Space weather: Looking at the heart of explosions on the Sun

Thanks to two NASA spacecraft, astronomers have put together an amazing movie that details the once-mysterious process of magnetic reconnection, which is what happens at the heart of all explosions on the Sun. This process occurs when magnetic field lines come together, break apart, and then exchange partners and then snap into new positions, which releases magnetic energy. It also creates phenomena like solar flares and coronal mass ejections that fling radiation across the solar system.

Understanding this process helps scientists with providing warnings of this kind of space weather, which affects satellites near Earth and interferes with radio communications. It is usually very difficult to study because magnetic fields are invisible to optical instruments like conventional telescopes. The magnetic fields, however, naturally force the Sun's charged plasma to course along their length. Telescopes can see that material as bright lines looping and arcing through the Sun's atmosphere, which allows scientists to map out the magnetic field lines.

Yang Su, a solar scientist at the University of Graz in Austria, discovered this when he began to study images of magnetic reconnection from NASA's Solar Dynamics Observatory (SDO) as it was happening on the Sun. In the images, Su noticed two bundles of field lines moving towards each other, meeting briefly to form a shape similar to an "X" and then shooting apart with one set of lines and its particles leaping into space and one set falling back down on the Sun.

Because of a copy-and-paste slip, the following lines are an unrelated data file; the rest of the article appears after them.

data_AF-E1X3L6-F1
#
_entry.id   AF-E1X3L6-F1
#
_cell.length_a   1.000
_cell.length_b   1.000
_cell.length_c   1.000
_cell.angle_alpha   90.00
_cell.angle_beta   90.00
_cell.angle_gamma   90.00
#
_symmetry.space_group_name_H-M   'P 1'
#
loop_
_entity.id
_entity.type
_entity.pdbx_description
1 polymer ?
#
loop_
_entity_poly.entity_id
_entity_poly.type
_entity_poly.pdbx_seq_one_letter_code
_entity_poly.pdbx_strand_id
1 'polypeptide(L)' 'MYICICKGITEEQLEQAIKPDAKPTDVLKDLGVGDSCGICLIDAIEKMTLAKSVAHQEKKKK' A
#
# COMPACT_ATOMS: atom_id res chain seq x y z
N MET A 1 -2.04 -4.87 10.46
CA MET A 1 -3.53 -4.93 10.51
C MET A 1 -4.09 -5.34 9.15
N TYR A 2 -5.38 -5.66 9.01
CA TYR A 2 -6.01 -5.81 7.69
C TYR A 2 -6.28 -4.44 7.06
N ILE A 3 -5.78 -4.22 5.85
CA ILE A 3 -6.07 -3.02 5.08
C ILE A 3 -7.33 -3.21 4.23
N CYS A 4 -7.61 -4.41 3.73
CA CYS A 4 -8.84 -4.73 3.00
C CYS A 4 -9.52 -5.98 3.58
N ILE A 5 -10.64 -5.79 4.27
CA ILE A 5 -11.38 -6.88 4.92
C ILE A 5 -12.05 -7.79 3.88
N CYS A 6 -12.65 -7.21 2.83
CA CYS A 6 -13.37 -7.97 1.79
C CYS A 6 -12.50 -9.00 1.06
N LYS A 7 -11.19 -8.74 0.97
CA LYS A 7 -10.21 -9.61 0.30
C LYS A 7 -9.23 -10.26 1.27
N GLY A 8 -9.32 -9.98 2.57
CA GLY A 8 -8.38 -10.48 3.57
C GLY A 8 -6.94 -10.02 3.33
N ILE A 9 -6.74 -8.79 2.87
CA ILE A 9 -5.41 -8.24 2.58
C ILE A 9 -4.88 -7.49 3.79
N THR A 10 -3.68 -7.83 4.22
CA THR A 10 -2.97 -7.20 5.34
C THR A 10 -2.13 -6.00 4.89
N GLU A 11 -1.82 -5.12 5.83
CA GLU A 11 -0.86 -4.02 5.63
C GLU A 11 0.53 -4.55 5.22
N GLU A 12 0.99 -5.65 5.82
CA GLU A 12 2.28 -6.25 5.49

To confirm what Su saw, he turned to the Reuven Ramaty High Energy Solar Spectroscopic Imager (RHESSI). RHESSI collects spectrograms, a kind of data that can show where exceptionally hot material is present during events on the Sun. The RHESSI data showed hot pockets of solar material forming above and below the reconnection point, which is a signature occurrence of such an event. By combining data from both SDO and RHESSI, the scientists described the process of what they were seeing.

“This is the first time we’ve seen the entire, detailed structure of this process, because of the high quality data from SDO,” Su said. “It supports the whole picture of reconnection, with visual evidence.”

Learning more about magnetic reconnection helps scientists understand not just what happens on the Sun, but also similar processes that happen near Earth and within our magnetosphere. NASA plans to launch the Magnetosphere Multiscale (MMS) mission in late 2014 to take a closer look at magnetic reconnection in space. By using multiple spacecraft, scientists hope to better understand the space weather that affects our own planet.


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